FIGURE 6-1: The class diagram shows the structure of the factory method pattern.
You can see how the object creation is encapsulated in the subclasses.
At one time, I was developing a desktop application with a friend. At the beginning,
we were not sure if we needed a full‐blown database or not. This was long before
no‐SQL and document‐based data stores, so our only option was to use XML.
Nevertheless, we were not sure if XML i les would be sufi cient to store the data.
Meanwhile, we had already started developing the application and needed a
concrete persistence implementation to save data. Because we wanted the l exibility
to change the system from using XML to using SQL, we decided to create all the
data access objects (DAOs) via the implementation of the factory pattern. This
way we could easily switch from XML to SQL or vice versa. Within a few weeks,
we realized that we really underestimated the data needs of the system. XML was
dei nitely an adequate solution and was now out of question, so we were stuck with
an SQL‐based database for the rest of the project. In the end, we didn't really use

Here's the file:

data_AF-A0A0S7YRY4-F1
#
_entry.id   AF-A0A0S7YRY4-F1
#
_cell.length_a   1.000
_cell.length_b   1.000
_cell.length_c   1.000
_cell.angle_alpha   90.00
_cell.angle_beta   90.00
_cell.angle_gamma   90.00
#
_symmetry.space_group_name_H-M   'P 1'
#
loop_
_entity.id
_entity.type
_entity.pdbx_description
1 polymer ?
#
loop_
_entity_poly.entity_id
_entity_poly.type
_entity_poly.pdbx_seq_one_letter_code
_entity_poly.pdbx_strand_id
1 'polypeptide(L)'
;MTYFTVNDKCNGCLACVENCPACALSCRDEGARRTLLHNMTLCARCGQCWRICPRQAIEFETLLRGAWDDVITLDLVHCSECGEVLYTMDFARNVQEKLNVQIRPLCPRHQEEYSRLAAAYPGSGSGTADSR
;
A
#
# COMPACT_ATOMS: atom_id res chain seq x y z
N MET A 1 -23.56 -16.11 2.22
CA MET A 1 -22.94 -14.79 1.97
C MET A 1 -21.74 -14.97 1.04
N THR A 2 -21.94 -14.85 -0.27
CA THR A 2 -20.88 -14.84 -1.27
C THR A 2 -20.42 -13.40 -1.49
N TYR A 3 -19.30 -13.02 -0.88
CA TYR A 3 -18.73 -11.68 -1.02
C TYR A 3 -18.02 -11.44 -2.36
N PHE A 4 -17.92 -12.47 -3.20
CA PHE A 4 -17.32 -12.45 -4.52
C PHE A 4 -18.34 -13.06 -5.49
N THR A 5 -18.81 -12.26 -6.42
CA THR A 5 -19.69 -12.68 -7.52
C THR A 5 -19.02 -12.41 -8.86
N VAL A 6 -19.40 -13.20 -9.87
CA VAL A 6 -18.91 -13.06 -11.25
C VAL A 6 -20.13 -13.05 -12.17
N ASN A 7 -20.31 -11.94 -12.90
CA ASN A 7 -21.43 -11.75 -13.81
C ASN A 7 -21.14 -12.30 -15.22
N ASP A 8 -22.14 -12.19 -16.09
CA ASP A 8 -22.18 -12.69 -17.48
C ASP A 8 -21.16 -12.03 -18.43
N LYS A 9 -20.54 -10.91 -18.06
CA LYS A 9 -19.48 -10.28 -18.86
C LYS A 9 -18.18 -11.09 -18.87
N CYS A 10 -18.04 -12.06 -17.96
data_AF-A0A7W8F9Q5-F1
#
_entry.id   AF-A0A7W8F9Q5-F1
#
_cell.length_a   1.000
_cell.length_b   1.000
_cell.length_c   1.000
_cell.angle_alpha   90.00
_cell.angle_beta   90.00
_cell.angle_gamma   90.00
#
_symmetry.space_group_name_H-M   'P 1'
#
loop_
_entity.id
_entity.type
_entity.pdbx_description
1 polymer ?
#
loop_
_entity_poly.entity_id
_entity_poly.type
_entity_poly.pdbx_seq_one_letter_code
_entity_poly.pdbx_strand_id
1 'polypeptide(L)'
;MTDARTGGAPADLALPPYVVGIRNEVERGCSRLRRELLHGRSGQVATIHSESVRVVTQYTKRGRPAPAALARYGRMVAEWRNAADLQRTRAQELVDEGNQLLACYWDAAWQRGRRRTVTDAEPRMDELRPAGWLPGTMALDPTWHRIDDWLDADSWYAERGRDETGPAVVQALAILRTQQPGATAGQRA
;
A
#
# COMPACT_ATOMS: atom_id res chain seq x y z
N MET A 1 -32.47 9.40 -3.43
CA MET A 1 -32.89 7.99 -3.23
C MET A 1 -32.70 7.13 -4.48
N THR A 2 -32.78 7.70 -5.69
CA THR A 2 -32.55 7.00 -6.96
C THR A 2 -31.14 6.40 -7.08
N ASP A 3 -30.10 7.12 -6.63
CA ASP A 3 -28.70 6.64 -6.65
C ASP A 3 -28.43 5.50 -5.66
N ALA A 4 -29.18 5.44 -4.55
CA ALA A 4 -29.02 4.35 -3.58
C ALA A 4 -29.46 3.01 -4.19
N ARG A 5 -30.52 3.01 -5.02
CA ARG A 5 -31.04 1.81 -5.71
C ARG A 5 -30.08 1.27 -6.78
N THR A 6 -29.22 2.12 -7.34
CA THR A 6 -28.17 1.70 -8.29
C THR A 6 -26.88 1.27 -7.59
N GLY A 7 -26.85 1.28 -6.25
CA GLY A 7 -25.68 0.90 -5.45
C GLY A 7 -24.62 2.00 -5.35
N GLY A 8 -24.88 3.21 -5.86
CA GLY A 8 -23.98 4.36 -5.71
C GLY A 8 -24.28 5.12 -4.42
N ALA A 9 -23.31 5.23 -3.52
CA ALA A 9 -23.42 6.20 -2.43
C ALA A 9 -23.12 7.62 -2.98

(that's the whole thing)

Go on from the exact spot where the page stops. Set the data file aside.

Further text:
our DAO factory.
However, as we were completing the application, our clients asked for a demo
platform. It was not enough to demonstrate the capabilities of the application and
let them play for a day or two. They wanted more time to evaluate the application.
This meant we needed to install a functioning application on the network to allow
the clients time to properly evaluate the application and see that it rocked. We
didn't want to install the full application because there was no way to ensure that
the client wouldn't make a copy, and we dei nitely didn't want to build a demo
application from scratch. Suddenly, I came up with a brilliant idea. The demo
application needed to persist the data in order to function sufi ciently, so that the
client could evaluate it, but not enough that the client could make a pirate copy of
the application. The idea was to temporarily store the data in memory. If we could